Race and Fiction: God’s Stepchildren and Turbott Wolfe
In God’s Stepchildren, published in 1924, Sarah Gertrude Millin wrote of the British attitude to the ‘colour problem’:
… colour was so rare a thing [there] that it was only a matter of casual consequence: the ordinary person did not think of it, or brood over it, or consider it, or understand it.1
KeywordsColour Problem South AFRICAN Ordinary Person South African Society British Attitude
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- 1.Sarah Gertrude Millin, God’s Stepchildren (London, 1924) p. 263, in the undated Central News Agency (Johannesburg) edition with a Preface (dated 1 January 1951) by the author. All references are to this edition.Google Scholar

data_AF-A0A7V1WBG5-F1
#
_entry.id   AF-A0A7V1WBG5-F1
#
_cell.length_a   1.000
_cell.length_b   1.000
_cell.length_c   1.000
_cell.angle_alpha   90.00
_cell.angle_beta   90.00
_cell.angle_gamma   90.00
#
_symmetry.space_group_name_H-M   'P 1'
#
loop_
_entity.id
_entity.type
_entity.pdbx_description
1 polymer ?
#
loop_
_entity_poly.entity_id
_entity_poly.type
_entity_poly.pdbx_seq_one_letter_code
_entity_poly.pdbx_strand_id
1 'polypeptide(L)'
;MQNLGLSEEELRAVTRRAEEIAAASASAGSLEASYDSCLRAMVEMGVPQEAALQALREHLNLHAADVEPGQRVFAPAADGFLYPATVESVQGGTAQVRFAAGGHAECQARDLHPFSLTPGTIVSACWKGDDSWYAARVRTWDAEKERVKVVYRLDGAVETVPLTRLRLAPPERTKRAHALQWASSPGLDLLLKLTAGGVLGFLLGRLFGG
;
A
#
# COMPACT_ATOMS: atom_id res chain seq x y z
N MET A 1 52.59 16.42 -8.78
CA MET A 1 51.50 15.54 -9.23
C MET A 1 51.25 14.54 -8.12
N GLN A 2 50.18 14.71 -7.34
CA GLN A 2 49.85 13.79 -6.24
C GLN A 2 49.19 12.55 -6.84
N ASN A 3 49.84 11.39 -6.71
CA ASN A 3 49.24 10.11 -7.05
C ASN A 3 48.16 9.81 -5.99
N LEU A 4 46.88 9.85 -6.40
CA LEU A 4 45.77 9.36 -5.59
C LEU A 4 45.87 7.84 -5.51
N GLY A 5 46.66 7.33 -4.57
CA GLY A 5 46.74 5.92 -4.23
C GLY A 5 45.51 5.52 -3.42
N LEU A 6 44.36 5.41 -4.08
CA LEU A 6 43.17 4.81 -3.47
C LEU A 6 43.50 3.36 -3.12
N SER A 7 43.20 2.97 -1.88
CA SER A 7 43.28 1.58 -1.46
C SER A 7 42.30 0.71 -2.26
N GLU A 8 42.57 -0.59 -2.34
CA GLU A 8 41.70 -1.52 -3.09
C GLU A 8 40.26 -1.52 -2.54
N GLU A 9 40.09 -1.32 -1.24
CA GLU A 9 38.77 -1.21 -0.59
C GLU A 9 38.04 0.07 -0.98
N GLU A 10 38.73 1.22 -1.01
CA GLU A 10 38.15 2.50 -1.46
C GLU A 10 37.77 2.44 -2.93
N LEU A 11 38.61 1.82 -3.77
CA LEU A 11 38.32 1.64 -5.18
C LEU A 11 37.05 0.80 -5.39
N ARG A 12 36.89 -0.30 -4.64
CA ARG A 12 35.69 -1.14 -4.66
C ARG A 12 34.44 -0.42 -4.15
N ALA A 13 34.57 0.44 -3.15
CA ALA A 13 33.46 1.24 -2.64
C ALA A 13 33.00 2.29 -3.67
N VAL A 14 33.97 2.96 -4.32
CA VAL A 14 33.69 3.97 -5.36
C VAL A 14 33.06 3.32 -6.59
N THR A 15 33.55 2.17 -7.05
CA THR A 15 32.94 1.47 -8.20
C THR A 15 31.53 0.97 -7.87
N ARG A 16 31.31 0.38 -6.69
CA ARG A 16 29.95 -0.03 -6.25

- 2.William Plomer, Turbott Wolfe (1926; 2nd edition, 1965) p. 68; all references in this article are to the 1965 edition.Google Scholar
- 3.J. P. L. Snyman, The South African Novel in English 1880–1930 (U. of Potchefstroom, Potchefstroom S.A. 1952).Google Scholar
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- 18.Nadine Gordimer, ‘The Novel and the Nation in South Africa’, African Writers on African Writing, ed. G. D. Killam (London, 1973) p. 39.Google Scholar
© David Rabkin 1978